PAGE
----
Do you say yes so often that you no longer feel that your own needs are being met? Are you wondering how to say no to people?

For years, I was a serial people pleaser[1]. Known as someone who would step up, I would gladly make time, especially when it came to volunteering for certain causes. I proudly carried this role all through grade school, college, even through law school. For years, I thought saying “no” meant I would disappoint a good friend or someone I respected.

But somewhere along the way, I noticed I wasn’t quite living my life. Instead, I seem to have created a schedule that was a strange combination of meeting the expectations of others, what I thought I should be doing, and some of what I actually wanted to do. The result? I had a packed schedule that left me overwhelmed and unfulfilled.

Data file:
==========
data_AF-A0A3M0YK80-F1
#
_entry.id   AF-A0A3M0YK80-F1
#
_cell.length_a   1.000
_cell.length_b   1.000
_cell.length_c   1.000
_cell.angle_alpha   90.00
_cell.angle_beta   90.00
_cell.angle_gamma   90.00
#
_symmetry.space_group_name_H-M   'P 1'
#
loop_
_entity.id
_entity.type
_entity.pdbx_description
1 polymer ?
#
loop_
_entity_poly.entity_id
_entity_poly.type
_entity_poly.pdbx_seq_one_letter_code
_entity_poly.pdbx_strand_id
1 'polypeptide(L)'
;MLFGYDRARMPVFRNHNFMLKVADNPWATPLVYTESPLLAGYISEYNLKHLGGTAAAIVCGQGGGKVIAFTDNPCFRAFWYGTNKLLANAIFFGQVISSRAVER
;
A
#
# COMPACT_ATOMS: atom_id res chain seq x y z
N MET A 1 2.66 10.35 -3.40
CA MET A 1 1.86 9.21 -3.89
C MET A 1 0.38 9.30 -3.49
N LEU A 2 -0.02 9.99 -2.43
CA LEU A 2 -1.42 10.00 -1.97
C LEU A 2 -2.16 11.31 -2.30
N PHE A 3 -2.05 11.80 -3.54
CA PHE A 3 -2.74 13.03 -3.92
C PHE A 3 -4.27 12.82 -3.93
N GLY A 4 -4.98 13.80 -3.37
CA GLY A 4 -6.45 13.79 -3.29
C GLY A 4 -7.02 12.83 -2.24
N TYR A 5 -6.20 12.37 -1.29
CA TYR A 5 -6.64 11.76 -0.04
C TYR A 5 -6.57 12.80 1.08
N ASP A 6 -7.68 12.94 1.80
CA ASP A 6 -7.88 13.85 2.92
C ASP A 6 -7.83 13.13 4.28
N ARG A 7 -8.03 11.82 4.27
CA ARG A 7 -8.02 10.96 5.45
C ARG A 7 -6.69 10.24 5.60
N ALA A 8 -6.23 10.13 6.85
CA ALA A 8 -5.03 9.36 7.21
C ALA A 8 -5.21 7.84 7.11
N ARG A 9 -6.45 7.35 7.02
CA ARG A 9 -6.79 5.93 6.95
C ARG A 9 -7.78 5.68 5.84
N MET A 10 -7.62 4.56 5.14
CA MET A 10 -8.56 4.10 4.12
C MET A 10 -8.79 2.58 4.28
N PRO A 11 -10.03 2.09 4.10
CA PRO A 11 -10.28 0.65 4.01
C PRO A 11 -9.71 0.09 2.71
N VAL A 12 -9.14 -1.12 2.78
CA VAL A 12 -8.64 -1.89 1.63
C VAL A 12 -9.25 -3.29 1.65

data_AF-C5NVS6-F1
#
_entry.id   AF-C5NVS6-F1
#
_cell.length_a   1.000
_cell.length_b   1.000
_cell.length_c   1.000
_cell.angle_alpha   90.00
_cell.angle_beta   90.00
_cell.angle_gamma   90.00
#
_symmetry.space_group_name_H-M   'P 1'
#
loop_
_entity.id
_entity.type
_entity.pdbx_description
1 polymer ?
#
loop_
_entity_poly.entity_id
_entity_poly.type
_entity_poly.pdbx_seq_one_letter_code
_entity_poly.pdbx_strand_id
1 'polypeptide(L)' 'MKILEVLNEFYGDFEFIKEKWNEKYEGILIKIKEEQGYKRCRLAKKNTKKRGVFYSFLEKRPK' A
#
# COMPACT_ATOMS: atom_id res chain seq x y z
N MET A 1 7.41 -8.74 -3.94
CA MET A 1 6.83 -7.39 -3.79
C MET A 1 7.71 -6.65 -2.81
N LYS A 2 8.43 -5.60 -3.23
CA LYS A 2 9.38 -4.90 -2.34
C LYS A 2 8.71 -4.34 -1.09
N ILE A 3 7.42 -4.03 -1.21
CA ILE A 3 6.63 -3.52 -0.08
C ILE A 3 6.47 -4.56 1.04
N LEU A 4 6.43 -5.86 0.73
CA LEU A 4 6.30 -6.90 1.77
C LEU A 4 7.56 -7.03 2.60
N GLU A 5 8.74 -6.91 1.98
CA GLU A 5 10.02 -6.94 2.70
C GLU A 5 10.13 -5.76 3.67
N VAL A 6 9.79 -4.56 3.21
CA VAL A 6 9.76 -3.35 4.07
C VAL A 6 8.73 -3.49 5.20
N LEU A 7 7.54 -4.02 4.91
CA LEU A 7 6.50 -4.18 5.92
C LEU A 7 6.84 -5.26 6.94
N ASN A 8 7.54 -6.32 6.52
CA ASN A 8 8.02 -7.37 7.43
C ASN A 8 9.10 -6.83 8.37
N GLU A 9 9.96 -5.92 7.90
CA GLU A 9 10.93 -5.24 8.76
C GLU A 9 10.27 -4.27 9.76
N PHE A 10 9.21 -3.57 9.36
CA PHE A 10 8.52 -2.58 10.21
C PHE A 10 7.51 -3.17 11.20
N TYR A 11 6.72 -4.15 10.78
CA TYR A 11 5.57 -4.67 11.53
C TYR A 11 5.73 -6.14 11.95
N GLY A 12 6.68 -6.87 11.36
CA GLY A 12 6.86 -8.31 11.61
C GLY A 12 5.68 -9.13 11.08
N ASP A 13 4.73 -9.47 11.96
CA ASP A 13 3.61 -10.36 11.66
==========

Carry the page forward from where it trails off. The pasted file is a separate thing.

It took a long while, but I learned the art of saying no. Saying no meant I no longer catered fully to everyone else’s needs and could make more room for what I really wanted to do. Instead of cramming too much in, I chose to pursue what really mattered. When that happened, I became a lot happier.

And guess what? I hardly disappointed anyone.

The Importance of Saying No

When you learn the art of saying no, you begin to look at the world differently. Rather than seeing all of the things you could or should be doing (and aren’t doing), you start to look at how to say yes to what’s important.

In other words, you aren’t just reacting to what life throws at you. You seek the opportunities that move you to where you want to be.